Vintage Yoruba Cowrie Shell Crown, Africa, Nigeria (1657BSK)


This vintage handmade crown-like cowry-covered cylindrical crown called an ile ori, is a mixed-media shrine made to manifest ideas of individuality and authority among the Yoruba people of Nigeria. The headdress is round, divided into sections, and with four upward pointed and curved triangular panels leaning inward and set in a sea of arranged cowries. The flat-topped symbolic crown is made with a wide rectangular cutout for viewing. As it is handmade, the size, placement, and tones of the cowries may vary, but the design is very impressive.  This headdress was included in the San Francisco International Airport, “Crowning Achievements”, exhibit in April-August, 1994. The headdress is in good shape with a dark patina showing age and use, some leather bindings lifting, minor insect damage to the fabric, scrapes on the leather, and some missing cowry shells. It comes with a lucite stand.

See other African textiles, Vintage Kuba Cloth Square and Vintage Kuba Cloth Rectangular Textile for complementary accessories.


,,The Yoruba in Nigeria believe in a “cult of the head” in which the head is considered a person’s soul and essence and is where good judgment, spiritual intuition, and destiny are contained. More than simply a head, ori is a Yoruba metaphysical concept referring to human consciousness, mental clarity and ethical worth. The ile ori is the “house of the head” and is an iconic object usually covered with cowrie shells and referred to by the Yoruba as a crown made to show gratitude for and recognition of the power of the head. This concept is central to Orisha (Orisa), a word used for both Yoruba deities and also their religion. Most Africans cowrie sew shells on their textiles as a sign of wealth and status. Cowrie crowns are often placed on altars for prayer and divination and can also be a symbol of a Yoruba deity. Cowries have long been considered African symbols of womanhood, fertility, birth and wealth and an important in African folk Art and ethnic art  . They were used for centuries by Africans as currency (shell money), and early colonialists imported huge numbers for use in the slave trade. Given their use as a medium of exchange, they were a symbol of wealth and prosperity and were controlled by the powerful. Resembling the shape of female organs, they have also been long used on African altars with prayers for births, fertility, and sexuality and represent protection by goddesses. Their use in divination, originated by the Yoruba, is among the oldest spiritual practices used to affect the guidance of deities, ancestors and spirits.  They are also used to send symbolic messages (aroko), prepare medicinal herbs and aesthetically decorate jewelry and many other objects.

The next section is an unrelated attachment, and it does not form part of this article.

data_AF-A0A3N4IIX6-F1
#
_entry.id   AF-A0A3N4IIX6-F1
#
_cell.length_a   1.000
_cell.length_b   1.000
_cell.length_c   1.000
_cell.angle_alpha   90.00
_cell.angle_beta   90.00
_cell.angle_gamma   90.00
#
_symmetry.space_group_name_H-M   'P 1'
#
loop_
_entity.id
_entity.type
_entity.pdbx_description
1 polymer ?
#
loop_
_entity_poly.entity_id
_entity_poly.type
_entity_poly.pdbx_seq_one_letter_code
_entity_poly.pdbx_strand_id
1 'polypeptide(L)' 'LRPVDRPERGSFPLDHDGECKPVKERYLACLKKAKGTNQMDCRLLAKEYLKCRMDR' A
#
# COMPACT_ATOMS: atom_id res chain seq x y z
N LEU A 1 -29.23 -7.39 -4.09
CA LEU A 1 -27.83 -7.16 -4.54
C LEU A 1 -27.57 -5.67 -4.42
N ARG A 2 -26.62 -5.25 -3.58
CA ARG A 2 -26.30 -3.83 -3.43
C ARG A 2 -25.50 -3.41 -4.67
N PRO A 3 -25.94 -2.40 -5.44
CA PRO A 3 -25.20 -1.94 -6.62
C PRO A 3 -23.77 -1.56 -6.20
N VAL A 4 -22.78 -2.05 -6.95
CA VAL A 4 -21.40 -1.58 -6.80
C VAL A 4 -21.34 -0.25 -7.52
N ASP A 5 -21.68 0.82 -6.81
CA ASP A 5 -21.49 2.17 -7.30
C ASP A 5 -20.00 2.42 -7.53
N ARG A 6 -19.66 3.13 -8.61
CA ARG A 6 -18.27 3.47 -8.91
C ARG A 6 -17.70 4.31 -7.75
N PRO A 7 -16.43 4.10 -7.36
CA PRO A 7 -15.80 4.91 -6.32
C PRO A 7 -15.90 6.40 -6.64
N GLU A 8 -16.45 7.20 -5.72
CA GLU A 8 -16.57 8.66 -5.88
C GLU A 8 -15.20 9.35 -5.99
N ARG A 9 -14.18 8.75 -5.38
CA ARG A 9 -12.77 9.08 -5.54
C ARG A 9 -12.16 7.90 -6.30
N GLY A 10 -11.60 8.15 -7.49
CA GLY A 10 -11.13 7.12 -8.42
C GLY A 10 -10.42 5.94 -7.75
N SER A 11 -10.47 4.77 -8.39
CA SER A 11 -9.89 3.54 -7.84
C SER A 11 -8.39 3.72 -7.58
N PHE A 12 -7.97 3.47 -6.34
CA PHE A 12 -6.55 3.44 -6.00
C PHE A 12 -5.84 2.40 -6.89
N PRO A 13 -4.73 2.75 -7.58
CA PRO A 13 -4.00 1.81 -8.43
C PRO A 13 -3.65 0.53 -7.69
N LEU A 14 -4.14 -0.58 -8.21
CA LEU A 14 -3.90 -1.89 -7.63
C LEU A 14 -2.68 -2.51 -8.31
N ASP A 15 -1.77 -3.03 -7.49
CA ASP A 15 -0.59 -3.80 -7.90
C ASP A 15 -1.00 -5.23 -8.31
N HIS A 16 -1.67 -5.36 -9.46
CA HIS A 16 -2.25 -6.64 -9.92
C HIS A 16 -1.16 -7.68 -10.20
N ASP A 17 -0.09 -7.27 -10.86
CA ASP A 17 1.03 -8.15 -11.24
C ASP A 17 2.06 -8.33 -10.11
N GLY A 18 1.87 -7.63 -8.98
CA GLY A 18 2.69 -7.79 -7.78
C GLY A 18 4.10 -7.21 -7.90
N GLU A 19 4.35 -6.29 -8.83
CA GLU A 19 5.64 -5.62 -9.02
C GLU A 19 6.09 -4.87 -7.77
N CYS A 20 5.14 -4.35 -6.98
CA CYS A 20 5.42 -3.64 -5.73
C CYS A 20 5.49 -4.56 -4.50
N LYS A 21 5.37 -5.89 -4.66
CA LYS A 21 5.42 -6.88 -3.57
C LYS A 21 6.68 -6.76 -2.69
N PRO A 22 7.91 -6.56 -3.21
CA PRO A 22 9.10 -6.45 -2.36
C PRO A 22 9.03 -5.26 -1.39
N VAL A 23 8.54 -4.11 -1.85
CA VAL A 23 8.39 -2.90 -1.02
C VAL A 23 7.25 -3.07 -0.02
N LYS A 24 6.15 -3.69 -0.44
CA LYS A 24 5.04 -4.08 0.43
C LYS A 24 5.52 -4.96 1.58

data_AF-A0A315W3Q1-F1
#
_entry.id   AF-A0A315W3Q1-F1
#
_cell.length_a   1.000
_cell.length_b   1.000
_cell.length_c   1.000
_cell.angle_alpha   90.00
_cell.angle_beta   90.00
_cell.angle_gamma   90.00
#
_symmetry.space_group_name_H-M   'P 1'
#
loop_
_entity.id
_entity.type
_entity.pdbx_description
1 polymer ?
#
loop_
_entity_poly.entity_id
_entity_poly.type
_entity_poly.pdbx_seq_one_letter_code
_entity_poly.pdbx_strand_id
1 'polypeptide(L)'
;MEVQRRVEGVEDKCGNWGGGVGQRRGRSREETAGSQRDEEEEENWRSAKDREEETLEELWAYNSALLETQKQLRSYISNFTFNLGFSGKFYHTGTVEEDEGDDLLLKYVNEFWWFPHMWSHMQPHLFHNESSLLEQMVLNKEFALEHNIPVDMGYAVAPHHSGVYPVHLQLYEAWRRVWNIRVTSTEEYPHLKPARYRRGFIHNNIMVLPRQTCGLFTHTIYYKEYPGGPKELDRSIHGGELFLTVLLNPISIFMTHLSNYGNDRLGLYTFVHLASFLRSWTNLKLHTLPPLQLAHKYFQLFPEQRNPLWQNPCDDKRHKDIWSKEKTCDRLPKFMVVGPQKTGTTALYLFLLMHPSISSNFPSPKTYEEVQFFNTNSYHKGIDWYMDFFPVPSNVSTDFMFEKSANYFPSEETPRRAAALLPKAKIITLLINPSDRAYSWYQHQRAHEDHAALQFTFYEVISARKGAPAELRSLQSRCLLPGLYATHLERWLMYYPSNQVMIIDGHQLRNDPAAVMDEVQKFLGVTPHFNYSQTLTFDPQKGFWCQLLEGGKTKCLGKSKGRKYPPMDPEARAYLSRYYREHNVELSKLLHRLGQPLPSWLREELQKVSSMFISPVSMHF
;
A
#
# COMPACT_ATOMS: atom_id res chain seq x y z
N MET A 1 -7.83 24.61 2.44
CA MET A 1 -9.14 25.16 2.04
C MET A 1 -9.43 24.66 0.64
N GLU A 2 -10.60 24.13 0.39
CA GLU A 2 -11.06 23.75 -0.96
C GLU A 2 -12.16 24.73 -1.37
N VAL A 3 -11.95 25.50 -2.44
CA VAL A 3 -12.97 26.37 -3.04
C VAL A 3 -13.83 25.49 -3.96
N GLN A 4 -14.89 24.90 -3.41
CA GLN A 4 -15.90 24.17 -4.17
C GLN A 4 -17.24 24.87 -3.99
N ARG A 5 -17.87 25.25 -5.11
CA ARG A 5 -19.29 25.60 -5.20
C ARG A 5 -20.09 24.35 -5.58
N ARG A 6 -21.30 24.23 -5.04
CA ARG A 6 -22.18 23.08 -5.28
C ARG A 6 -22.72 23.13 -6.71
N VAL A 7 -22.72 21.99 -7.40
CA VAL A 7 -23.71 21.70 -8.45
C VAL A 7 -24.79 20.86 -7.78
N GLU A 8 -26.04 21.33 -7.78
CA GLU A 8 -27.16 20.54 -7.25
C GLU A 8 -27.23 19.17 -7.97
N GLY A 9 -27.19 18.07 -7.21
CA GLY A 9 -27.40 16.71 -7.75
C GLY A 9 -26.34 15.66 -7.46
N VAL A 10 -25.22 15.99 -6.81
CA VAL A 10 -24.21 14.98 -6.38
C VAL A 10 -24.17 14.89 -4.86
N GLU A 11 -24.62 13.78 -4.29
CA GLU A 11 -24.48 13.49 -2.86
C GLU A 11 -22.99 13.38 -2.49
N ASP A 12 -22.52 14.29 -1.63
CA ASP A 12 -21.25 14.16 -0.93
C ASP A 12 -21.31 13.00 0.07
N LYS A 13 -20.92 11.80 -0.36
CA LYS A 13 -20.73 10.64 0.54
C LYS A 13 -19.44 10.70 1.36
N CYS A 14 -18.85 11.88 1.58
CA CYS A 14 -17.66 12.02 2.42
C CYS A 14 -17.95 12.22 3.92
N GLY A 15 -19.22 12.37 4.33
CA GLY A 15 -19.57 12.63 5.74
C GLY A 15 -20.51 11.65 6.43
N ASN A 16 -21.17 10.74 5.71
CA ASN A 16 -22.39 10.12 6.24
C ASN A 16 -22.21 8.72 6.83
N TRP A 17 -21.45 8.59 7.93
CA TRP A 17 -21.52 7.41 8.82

Beverly Chico, Hats and Headwear around the World: A Cultural Encyclopedia, Santa Barbara, ABC-CLIO, LLC, 2013, p. 249-251

James, B. Odunbaku, Ph.D., “Importance of Cowrie Shells in Pre-Colonial Yoruba land South-Western Nigeria: Orile-Keesai as a Case Study,” in, International Journal of Humanities and Social Science, Vol. 2, No. 18, October 2012, p. 234-241.

Additional information

Place of Origin

Africa, Nigeria


Antique/Vintage (1910-1980)


20th Century

Materials and Technique


Dimensions (inches)

Ht: 15” W: 9” D: 9” On Stand: 20”

Dimensions (metric)

Ht: 38.1 cm W: 22.86cm D: 22.86cm On Stand: H: 50.8cm


6 lbs 10 oz


Very good, patina and wear consistent with age and use

Reference Number



18” to 23.9”


6” to 11.9”

Shipping Box Size